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Take a look at lamb.

Does your holiday menu read like A word-association test? Thanksgiving . . . turkey. Christmas . . . ham. Easter . . . one of the two. Recall the occasion, and dinner guests all too quickly remember the familiar fare. Cross up predictions at the next get-together. Shove the same-old, same-old to the side and consider fresh alternatives.

Why not lamb? For years, lamb has been conspicuously absent from the American menu and has suffered bad press for little reason. Linger memories of a gray gravy-laden leg of mutton sitting in heavy fat, with a taste simply too strong, has overshadowed thoughts of experimentation for many people. In reality, most American consumers know little about lamb-how to properly select, prepare, and present the extraordinary entree.

Let's take a fresh look at lamb by reviewing some basics. When you approach the meat counter, ask the butcher for only genuine or spring lamb-a lamb younger than one year old. Top-quality lamb meat in the United States comes from a young animal. If in doubt, look for the purple certificate of grade stamped right on the fat-USDA choice or USDA prime. The choicest cuts of lamb are the legs, the saddle, and the loins. Look closely at the meat. Make sure it is pink-red, fine-grained, and velvety. Dark red meat signifies an older lamb, which has a flavor a bit too strong for the typical American palate. When shopping for a top-quality leg of lamb, look for a well-rounded and well-muscled leg. The outside layer of fat should be firm and creamy white.

One highly prized source of lamb meat is New Zealand. A point of national pride, New Zealand spring lambs are nurtured on the lush highland grasses until four to six months old. Whatever secret the New Zealanders are keeping, their spring lamb has a unique, succulent flavor and aroma. Check with your local butcher to find out if the delicacy is available in your area.

Whatever the cut, follow the directions carefully and use a thermometer for best results when roasting lamb. Insert the thermometer so that the tip is in the center of the thickest part of the lamb and does not touch bone or rest in fat. Roast in the oven at 325 degrees F. Cook to the desired degree of doneness. Lamb roasted to an internal temperature of 125 degrees to 130 degrees F. is pink and rare. When rare, lamb meat is juicier and suffers less shrinkage. But if family and guests prefer well-done roast lamb to 140 degrees F. or medium rare.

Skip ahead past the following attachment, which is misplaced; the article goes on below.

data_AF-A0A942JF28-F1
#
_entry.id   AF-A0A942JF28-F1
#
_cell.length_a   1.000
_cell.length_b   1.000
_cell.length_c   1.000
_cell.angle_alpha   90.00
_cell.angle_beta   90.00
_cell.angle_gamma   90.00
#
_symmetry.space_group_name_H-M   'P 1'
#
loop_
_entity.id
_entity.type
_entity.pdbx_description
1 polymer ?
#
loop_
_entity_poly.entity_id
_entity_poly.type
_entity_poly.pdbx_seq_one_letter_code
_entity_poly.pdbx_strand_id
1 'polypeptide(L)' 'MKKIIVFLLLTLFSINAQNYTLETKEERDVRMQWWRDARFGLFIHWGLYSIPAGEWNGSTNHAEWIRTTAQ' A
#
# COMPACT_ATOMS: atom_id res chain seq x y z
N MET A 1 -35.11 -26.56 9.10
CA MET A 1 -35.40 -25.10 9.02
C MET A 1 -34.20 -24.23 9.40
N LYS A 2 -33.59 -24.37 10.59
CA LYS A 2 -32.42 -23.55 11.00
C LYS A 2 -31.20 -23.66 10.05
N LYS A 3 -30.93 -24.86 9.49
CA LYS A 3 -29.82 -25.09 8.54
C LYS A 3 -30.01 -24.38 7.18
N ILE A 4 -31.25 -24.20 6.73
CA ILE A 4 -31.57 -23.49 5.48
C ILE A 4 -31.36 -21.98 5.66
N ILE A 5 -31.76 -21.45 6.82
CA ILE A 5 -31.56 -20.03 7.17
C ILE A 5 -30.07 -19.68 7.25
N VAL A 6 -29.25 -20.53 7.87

To carve a leg of lamb, place the roast on a carving board or platter with the shank bone facing the carvers's right (or left, if he is left handed). Cut several lengthwise slices from the the slim side of the roast, so that the roast will rest firmly on the sliced side when turned over. Make vertical slices to the leg bone, and then cut horizontally along the bone to release the slices.

Armed with the basics, let's move on to the advanced course: the recipes. Compliments of the New Zealand Spring Lamb Company, the exquisite entrees below require a little planning, but the results make all efforts worthwhile. Most lamb requires hours or even overnight to soak up all the delicate spices and flavors. Whether grilled, broiled, or roasted, these creations celebrate the best that is lamb.

Grilled Lamb Salad with Artichoke, Jicama, and Chayote tops the charts for a departure from the ordinary with flavorful flair. This culinary coup arrives compliments of the master chef Brendan Walsh from one of New York's finest restaurants, Arizona 206. Begin by marinating the lamb overnight in a dressing of peppery vinegar, olive oil with garlic, and lime juice. The next day, remove the lamb from the refrigerator and grill until it is medium rare. Serve the elegant entree on a bed of jicama and greens.